Healthcare News & Insights

Report: Medical schools fall short on teaching patient safety

A new report claims doctors-in-training aren’t being taught the skills they need to create truly safe environments for patients.

That’s the conclusion of a new report by the Lucian Leape Institute at the National Patient Safety Foundation. The report says most medical schools fall short in two key ways:

  • They don’t teach the science behind patient safety, and
  • They’re not helping medical students develop the interpersonal skills they need to work in teams and communicate patient safety issues.

The report makes 12 specific recommendations for medical schools to improve, built around three key goals:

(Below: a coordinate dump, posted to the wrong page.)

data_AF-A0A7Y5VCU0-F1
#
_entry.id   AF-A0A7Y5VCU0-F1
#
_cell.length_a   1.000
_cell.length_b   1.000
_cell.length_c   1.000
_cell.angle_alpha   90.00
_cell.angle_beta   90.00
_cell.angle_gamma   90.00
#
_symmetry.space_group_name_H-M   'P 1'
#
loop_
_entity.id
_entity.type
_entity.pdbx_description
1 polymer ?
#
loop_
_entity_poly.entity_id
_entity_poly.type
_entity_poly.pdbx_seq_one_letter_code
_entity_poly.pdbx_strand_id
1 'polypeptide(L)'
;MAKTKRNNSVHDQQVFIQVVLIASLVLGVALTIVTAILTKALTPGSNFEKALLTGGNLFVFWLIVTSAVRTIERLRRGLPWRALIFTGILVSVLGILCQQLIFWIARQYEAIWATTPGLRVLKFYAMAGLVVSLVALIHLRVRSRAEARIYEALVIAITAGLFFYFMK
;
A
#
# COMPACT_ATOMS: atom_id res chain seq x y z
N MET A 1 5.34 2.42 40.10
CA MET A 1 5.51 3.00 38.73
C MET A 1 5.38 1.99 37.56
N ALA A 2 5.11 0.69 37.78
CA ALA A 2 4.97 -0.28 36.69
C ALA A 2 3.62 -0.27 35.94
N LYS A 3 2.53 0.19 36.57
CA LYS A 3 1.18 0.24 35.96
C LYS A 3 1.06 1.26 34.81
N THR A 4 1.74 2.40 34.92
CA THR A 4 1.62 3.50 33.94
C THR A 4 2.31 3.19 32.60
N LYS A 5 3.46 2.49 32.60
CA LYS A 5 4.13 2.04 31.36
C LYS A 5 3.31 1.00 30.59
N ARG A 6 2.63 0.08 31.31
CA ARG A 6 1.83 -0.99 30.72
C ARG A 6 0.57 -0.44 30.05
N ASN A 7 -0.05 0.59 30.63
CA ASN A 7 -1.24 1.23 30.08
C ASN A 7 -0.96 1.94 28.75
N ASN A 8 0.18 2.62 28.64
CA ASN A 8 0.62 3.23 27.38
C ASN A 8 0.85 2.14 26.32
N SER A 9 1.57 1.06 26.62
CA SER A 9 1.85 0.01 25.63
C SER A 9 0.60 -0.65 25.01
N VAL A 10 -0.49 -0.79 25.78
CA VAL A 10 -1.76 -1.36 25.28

1. Teaching patient safety as a basic science, and ensuring students develop the requisite interpersonal/communication skills by having them work in teams with other health professionals in nursing, pharmacy, etc.
  2. Creating learning cultures that are less hierarchical, emphasize patient safety and encourage collaborative, professional behavior. This would include a zero tolerance policy for seriously disrespectful or abusive behavior.
  3. Using faculty development programs to better enable faculty to develop the needed skills to aid their students in the above goals.

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